In a statement released today (13 October), the council said that it was believed to be a lithium-ion style battery, usually found in mobile phones.
The fire broke out on 24 April and caused “millions of pounds” worth of damage to the MRF, which is operated by the local authority-owned waste management firm CWM Environmental.
It also forced the adjacent household waste and recycling centre (HWRC) to close to the public for five days.
An investigation into the cause was launched shortly after the fire was extinguished. There were no reported injuries.
The council is now calling on residents to remove batteries from any items such as rechargeable items, mobile phones, electric toothbrushes, toys, television remotes from recycling bags, and dispose of them separately at a HWRC.
Carmarthenshire county council’s cabinet member for environment, Cllr Hazel Evans said: “Thankfully no one was injured in the fire in Carmarthen’s Nantycaws Recycling Centre. Please do not put loose dead batteries or items that hold batteries in your bin bags with other rubbish, it is extremely dangerous and the consequences can be very serious. All our recycling centres have facilities to dispose of your batteries safely as well as many shops and supermarkets that have battery collection points.”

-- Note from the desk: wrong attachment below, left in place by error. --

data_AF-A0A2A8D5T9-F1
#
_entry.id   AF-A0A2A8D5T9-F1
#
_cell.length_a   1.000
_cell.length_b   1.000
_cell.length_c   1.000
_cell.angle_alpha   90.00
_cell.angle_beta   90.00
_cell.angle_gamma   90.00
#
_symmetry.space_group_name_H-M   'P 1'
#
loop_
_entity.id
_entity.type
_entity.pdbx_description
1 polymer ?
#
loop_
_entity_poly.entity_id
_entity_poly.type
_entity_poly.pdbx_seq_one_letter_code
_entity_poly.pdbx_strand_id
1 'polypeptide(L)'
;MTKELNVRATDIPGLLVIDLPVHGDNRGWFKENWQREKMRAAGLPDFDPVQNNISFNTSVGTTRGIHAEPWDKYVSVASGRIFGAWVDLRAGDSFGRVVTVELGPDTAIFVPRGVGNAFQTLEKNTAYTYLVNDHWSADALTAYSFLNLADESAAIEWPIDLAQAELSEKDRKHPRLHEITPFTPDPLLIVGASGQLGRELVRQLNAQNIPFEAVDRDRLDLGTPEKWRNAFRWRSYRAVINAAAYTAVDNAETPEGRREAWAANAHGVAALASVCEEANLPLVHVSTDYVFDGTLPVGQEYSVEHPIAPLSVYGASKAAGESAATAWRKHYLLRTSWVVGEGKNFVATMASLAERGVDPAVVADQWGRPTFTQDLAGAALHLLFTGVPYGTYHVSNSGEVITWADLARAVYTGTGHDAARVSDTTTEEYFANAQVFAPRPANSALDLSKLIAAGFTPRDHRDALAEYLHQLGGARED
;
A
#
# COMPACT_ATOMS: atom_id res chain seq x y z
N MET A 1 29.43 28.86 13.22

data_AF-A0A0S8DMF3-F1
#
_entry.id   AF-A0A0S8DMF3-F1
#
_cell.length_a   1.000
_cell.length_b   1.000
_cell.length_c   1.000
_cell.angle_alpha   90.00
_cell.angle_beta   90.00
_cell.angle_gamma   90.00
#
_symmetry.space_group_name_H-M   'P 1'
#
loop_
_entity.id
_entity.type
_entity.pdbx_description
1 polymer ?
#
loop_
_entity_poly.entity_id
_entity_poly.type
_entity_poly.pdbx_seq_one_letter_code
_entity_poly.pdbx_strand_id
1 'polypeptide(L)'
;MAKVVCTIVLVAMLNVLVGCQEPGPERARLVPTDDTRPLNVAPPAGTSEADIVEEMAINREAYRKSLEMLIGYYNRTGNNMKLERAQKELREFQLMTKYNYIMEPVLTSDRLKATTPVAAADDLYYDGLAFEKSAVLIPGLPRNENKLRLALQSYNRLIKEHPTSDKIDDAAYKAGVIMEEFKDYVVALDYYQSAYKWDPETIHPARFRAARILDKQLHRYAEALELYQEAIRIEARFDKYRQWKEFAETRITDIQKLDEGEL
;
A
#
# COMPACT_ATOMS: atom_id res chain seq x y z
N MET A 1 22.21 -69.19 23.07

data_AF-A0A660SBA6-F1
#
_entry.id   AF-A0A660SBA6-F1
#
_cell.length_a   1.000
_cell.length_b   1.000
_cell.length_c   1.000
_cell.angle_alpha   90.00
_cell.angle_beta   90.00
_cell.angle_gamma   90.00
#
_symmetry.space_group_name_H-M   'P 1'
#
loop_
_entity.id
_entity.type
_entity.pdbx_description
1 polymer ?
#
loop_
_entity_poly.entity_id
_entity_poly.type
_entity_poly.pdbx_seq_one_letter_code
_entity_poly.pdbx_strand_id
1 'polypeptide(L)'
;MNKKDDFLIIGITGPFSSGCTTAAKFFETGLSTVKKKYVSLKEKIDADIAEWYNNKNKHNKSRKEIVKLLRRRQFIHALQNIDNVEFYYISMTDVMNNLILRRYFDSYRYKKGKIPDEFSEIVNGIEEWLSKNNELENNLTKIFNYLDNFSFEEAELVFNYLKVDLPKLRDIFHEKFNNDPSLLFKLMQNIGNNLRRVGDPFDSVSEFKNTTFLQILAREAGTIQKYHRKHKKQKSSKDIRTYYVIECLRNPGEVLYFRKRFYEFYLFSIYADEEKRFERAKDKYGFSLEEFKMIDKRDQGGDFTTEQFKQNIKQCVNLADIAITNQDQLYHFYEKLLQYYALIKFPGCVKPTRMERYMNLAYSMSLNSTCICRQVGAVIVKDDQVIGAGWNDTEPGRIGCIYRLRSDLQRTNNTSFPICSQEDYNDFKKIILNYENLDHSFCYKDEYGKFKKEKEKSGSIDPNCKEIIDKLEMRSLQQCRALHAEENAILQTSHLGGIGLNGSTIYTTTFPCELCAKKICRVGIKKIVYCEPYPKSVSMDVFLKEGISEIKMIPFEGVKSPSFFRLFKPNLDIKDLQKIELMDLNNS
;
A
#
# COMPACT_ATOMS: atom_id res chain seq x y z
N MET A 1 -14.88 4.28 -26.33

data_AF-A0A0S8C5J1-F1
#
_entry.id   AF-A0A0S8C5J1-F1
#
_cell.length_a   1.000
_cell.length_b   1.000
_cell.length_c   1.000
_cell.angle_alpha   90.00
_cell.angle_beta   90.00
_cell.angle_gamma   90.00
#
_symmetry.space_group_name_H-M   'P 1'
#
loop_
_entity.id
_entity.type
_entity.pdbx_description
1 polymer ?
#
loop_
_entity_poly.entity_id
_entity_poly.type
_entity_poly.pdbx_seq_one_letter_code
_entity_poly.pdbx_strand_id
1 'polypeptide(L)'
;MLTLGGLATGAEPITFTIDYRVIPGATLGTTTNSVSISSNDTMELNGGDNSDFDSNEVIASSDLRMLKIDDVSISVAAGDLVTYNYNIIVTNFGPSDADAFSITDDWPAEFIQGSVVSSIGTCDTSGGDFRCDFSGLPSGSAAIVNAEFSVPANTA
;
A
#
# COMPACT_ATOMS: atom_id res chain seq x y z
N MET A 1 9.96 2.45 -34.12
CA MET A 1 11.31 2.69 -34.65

After the MRF was destroyed in the fire, CWM Environmental began searching for a recycling processor for an emergency 12-month contract.
CWM Environmental issued a tender in June for a £1.8 million contract which could be extended by a further six months.
The emergency contractor is required to collect dry mixed recyclables from designated collection points at Carmarthenshire county council’s Nantycaws, Trostre and Wernddu HWRCs for processing.
According to the Environmental Services Association (ESA), in the last five years, fires suspected or proved of being caused by Lithium Ion Batteries have more than doubled with 48% in 2021 compared to 21% in 2016/2017.
Richard Vaughan-Williams, arson reduction manager at Mid and West Wales Fire and Rescue Service explained: “Lithium-ion batteries can be found in an increasing number of consumer items and disposing of such items has become a growing concern, especially for our partners who operate waste management facilities. Even small lithium-ion batteries can present a very real danger of an intense fire which can then spread quickly. We advise those looking to dispose of batteries to carefully consult waste instructions from their local authority.”